55: Rarely if ever is anomalistics given credit for grains of truth. Velikovsky was and is said to be "wrong" .... One arguably less-than-competent laboratory is asserted to typify all of parapsychology, whereas one less-than-competent forensics laboratory is hardly taken to show that forensics is pseudoscience.
55: Rhetorical questions abound. ... "How could bones of Bigfoot not be found if they exist, with so many people finding footprints of them?" And so on and so forth. Once a given issue is settled one way or the other, answers to such questions will be evident enough; indeed, they are likely to appear obvious in hindsight. Before the issues are settled, however, the inability to provide conclusive answers proves nothing.
56-57: Debunkers typically seek to establish guilt by association. It's no easy task to discredit entirely the major anomalist claims by careful discussion of the evidence. It's much easier-and so it's done all the time-simply to include them all in the same list, as "pseudoscience." But this lumping also has disadvantages. ... [It] can backfire if even one of the unorthodox claims turns out to be valid, as some do. For decades there were those who decried as wasteful, or worse, the use of vitamin supplements, but they will (or should) have been mightily abashed when in 1998 the Institute of Medicine recommended such supplements even for people enjoying an apparently adequate diet.
Debunking loses credibility when it calls "paranormal" or "supernatural" the search for such entirely material albeit as-yet-uncaptured species as the giant sloth .... Debunkers often cite their concern for public rationality and scientific literacy; but by their lack of discrimination, and by their doom-saying and exaggerated assertions of the harm that supposedly flows from what they call pseudoscience, they fail to practice the rationality and scientific approach they preach.
57: pundits will insist that science is not characterized by always being right, or in any other particular result, but only in the process of using the scientific method. Yet when right results are obtained by people who flout the scientific method and other norms of science-as with high-temperature superconductors-their lapses are not criticized.
58: There exist no reliable, accredited repositories or museums of ufology or cryptozoology, so specimens or artifacts mentioned in the literature often cannot be retrieved for reexamination.
58-59: In anomalistics, where by definition the evidence is not utterly compelling, believers and debunkers are thereby free perpetually to reach opposing conclusions, to fit the evidence into their opposing stories. ... Concerning yeti or Bigfoot, and the fact that apemen are featured in folklore across the world, Bayanov has pointed out that ... "the existence of mythological hominoids is a necessary, though not sufficient condition, of the existence of real hominoids" (Bayanov, 1982). Their absence from folklore would even speak against the creature's existence, which is the opposite of the debunkers' usual argument.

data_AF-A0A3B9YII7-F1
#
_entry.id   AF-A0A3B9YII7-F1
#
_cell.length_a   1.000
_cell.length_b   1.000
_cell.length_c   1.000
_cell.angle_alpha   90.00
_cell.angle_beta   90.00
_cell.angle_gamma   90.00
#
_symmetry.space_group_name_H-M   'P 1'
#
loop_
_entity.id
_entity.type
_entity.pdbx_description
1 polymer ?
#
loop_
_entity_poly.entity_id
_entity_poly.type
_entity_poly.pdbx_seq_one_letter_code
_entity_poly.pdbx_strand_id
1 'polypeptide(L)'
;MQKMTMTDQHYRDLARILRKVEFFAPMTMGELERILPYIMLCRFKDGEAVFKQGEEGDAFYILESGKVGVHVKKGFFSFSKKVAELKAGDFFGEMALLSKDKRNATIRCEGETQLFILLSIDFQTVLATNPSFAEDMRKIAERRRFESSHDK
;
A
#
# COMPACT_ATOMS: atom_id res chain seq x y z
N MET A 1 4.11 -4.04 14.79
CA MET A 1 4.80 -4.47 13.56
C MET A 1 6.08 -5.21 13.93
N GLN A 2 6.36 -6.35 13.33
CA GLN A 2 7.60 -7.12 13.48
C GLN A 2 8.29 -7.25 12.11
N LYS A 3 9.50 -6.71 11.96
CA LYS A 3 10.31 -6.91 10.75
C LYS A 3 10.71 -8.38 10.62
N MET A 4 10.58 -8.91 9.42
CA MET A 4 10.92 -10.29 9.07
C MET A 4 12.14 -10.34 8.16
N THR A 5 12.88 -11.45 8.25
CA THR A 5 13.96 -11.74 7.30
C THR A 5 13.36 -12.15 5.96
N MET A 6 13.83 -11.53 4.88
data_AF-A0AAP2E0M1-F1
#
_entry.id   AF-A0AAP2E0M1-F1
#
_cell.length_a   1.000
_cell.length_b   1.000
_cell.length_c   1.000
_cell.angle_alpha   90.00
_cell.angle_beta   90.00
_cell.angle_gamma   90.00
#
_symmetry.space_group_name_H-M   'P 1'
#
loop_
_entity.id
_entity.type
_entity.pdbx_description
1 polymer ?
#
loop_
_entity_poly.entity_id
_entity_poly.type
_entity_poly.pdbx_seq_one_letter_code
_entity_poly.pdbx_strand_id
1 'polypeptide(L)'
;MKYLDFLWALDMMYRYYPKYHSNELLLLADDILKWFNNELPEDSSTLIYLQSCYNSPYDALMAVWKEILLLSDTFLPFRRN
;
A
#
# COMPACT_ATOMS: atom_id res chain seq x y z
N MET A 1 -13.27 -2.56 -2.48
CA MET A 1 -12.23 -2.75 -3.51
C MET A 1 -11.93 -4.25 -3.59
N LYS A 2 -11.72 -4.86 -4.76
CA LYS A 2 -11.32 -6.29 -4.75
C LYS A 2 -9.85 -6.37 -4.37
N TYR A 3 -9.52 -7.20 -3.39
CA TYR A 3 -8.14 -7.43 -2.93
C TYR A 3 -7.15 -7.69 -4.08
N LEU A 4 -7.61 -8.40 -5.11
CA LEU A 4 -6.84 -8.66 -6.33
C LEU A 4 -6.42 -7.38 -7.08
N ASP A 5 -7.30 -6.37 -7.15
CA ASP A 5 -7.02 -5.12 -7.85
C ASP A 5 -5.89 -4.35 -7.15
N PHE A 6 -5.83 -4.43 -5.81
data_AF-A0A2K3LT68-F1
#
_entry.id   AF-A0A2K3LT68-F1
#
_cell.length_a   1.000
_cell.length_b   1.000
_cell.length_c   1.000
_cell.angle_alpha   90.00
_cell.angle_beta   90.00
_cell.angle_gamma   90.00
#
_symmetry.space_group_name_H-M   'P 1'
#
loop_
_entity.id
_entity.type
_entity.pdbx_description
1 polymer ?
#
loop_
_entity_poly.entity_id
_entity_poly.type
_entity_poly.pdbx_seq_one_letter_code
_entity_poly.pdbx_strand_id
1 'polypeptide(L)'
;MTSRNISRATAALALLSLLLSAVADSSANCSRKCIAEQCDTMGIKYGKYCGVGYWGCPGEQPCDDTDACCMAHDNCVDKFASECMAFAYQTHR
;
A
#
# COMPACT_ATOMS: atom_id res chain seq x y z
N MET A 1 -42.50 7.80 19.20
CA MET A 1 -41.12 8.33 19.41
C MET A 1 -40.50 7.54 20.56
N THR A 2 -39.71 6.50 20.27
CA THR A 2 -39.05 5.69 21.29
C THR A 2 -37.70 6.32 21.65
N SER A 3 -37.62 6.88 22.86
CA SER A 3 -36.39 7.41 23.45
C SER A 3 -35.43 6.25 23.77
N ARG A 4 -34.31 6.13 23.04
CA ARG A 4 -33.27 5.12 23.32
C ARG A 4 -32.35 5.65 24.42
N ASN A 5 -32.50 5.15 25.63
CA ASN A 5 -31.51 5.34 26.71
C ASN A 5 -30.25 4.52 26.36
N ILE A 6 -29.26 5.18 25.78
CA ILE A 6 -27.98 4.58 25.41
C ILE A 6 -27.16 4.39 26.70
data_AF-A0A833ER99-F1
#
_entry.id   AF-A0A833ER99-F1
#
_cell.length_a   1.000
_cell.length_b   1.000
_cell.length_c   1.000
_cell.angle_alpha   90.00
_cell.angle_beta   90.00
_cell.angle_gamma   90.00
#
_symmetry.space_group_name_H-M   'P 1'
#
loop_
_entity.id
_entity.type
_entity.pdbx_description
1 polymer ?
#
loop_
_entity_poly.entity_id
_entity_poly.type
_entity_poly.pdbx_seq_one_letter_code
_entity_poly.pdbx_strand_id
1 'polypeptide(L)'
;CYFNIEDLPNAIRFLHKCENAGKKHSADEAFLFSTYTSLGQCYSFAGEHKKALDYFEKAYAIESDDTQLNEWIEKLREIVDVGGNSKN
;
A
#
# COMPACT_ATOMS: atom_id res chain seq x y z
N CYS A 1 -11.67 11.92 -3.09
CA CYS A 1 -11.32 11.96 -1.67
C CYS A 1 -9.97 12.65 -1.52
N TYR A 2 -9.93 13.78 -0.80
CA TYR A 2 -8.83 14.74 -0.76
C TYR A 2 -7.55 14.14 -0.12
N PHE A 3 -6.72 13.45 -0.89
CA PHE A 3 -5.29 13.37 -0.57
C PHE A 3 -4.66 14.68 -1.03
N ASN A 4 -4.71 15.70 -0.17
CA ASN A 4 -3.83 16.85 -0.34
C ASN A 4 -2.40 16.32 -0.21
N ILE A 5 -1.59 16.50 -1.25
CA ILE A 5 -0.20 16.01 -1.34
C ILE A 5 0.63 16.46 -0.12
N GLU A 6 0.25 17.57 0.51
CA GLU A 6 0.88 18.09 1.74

The most original aspect of this book is the way that Dr. Bauer has of defining normal, revolutionary, premature, and "pseudo" science in terms of the three facets of data, method, and theory. He makes detailed comparisons of the actual working practices in natural science, social science, and denigrated science and reexamines notorious cases from this fresh perspective. Normal science doesn't try to do anything revolutionary in any of these three facets, according to Bauer. As he says, "Scientific "revolutions" (quantum mechanics, relativity) change only one of those at a time. Looking for novelty in two of the three simultaneously produces "premature" science: Mendel's theory of genetics, Wegener's theory of drifting continents - ignored or rejected by science for decades. Novelty in all three areas characterizes looking for Loch Ness Monsters or UFOs or studying psychic phenomena; the difficulties are enormous and the chances of success slight, but that doesn't make the quest useless or to be criticized."
Some of our favorite subjects that have been dismissed as "pseudo science" are reexamined as "scientific" with this perspective, and Bauer relates the search for the giant squid, the search for extraterrestrials, pre-Clovis people in the Americas, cold fusion, the idea that HIV causes AIDS, and much more.
Bauer is a humorous writer and acknowledges that his critics will probably not be able to keep from being nasty. He recommends that if the skeptics insist on being nasty, they should at least distinguish genuine knowledge-seekers from self-promoting confidence tricksters. As he points out, many cryptozoologists, parapsychologists, and ufologists are perfectly honest, genuine seekers of understanding (while some mainstream researchers are not very honest).
For an unusually unbiased, yet scientific, approach to some of the subjects that are "borderland" respectable - sometimes called pseudo-science, sometimes admitted into science, but generally still controversial ("how much don't we yet know about electromagnetism and living processes! About archaeoastronomy!") you must read this book.